• E02D19/10Restraining of underground water by lowering level of ground water
    • EFIXED CONSTRUCTIONS
    • E04BUILDING
    • E04BGENERAL BUILDING CONSTRUCTIONS; WALLS, e.g. PARTITIONS; ROOFS; FLOORS; CEILINGS; INSULATION OR OTHER PROTECTION OF BUILDINGS
    • E04B1/00Constructions in general; Structures which are not restricted either to walls, e.g. partitions, or floors or ceilings or roofs
    • E04B1/62Insulation or other protection; Elements or use of specified material therefor
    • E04B1/70Drying or keeping dry, e.g. by air vents
    • E04B1/7023Drying or keeping dry, e.g. by air vents by collecting water in basements
    • YGENERAL TAGGING OF NEW TECHNOLOGICAL DEVELOPMENTS; GENERAL TAGGING OF CROSS-SECTIONAL TECHNOLOGIES SPANNING OVER SEVERAL SECTIONS OF THE IPC; TECHNICAL SUBJECTS COVERED BY FORMER USPC CROSS-REFERENCE ART COLLECTIONS [XRACs] AND DIGESTS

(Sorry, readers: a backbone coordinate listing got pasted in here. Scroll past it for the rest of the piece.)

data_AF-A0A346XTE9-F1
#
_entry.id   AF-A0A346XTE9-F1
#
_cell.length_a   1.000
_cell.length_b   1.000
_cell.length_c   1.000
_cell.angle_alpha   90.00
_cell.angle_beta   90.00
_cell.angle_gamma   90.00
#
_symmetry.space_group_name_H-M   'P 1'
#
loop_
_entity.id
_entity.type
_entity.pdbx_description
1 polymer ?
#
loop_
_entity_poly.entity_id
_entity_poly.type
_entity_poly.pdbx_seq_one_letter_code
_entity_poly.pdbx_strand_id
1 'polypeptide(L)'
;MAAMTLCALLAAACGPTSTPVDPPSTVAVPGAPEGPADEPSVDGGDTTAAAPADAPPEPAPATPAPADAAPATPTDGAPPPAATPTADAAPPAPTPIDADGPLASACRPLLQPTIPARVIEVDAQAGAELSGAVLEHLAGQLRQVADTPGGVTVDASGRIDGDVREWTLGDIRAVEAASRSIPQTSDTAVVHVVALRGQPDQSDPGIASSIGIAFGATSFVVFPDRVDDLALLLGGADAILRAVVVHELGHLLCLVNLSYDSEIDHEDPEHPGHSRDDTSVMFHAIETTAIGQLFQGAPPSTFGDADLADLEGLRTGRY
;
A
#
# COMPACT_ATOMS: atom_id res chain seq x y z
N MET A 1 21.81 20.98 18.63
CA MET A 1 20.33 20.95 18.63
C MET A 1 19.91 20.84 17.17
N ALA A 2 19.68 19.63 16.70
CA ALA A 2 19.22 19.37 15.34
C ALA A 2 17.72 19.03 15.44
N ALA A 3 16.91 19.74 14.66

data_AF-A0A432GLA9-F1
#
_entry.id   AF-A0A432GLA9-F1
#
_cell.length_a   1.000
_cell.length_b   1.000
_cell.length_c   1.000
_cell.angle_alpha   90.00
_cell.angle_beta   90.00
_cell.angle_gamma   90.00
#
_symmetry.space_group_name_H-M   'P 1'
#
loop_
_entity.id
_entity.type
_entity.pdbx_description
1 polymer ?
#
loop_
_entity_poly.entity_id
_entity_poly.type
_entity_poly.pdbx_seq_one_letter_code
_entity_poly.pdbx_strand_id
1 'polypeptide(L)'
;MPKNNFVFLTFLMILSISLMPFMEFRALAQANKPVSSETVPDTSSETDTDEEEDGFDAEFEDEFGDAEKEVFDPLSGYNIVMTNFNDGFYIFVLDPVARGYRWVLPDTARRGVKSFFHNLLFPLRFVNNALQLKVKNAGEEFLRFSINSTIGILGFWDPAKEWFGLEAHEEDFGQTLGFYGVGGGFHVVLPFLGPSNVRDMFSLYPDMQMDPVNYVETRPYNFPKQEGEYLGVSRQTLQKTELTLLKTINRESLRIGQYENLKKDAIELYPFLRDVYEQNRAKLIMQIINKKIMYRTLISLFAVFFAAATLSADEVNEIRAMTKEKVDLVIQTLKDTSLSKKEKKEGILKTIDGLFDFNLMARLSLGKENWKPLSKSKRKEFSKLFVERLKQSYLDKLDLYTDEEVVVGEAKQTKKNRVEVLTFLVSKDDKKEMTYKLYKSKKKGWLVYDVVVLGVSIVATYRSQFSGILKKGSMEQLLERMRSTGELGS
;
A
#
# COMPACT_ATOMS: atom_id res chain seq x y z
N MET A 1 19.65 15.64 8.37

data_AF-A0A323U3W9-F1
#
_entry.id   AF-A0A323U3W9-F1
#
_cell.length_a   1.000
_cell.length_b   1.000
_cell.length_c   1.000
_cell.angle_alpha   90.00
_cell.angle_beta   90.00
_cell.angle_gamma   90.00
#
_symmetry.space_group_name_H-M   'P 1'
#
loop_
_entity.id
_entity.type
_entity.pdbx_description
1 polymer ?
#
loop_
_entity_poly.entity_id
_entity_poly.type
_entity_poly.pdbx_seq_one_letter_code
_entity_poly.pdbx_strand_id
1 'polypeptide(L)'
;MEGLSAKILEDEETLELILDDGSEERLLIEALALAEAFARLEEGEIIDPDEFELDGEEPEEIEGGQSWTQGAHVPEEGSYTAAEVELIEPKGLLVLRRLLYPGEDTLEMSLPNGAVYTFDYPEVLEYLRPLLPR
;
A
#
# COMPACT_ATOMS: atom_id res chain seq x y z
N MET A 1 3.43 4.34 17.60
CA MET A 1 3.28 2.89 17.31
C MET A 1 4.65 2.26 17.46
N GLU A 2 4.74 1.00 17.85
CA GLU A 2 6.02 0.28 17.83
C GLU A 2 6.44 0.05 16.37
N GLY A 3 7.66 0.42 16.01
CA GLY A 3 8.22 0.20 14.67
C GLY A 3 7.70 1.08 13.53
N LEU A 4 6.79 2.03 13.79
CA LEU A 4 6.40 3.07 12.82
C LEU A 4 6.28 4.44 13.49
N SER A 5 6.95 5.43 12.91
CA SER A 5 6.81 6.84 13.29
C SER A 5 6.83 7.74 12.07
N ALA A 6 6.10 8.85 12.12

• Y10TECHNICAL SUBJECTS COVERED BY FORMER USPC
    • Y10TTECHNICAL SUBJECTS COVERED BY FORMER US CLASSIFICATION
    • Y10T137/00Fluid handling
    • Y10T137/6851With casing, support, protector or static constructional installations
    • Y10T137/6966Static constructional installations
    • Y10T137/6969Buildings
    • Y10T137/6988Floor installation
    • YGENERAL TAGGING OF NEW TECHNOLOGICAL DEVELOPMENTS; GENERAL TAGGING OF CROSS-SECTIONAL TECHNOLOGIES SPANNING OVER SEVERAL SECTIONS OF THE IPC; TECHNICAL SUBJECTS COVERED BY FORMER USPC CROSS-REFERENCE ART COLLECTIONS [XRACs] AND DIGESTS
    • Y10TECHNICAL SUBJECTS COVERED BY FORMER USPC
    • Y10TTECHNICAL SUBJECTS COVERED BY FORMER US CLASSIFICATION
    • Y10T137/00Fluid handling
    • Y10T137/8593Systems
    • Y10T137/85978With pump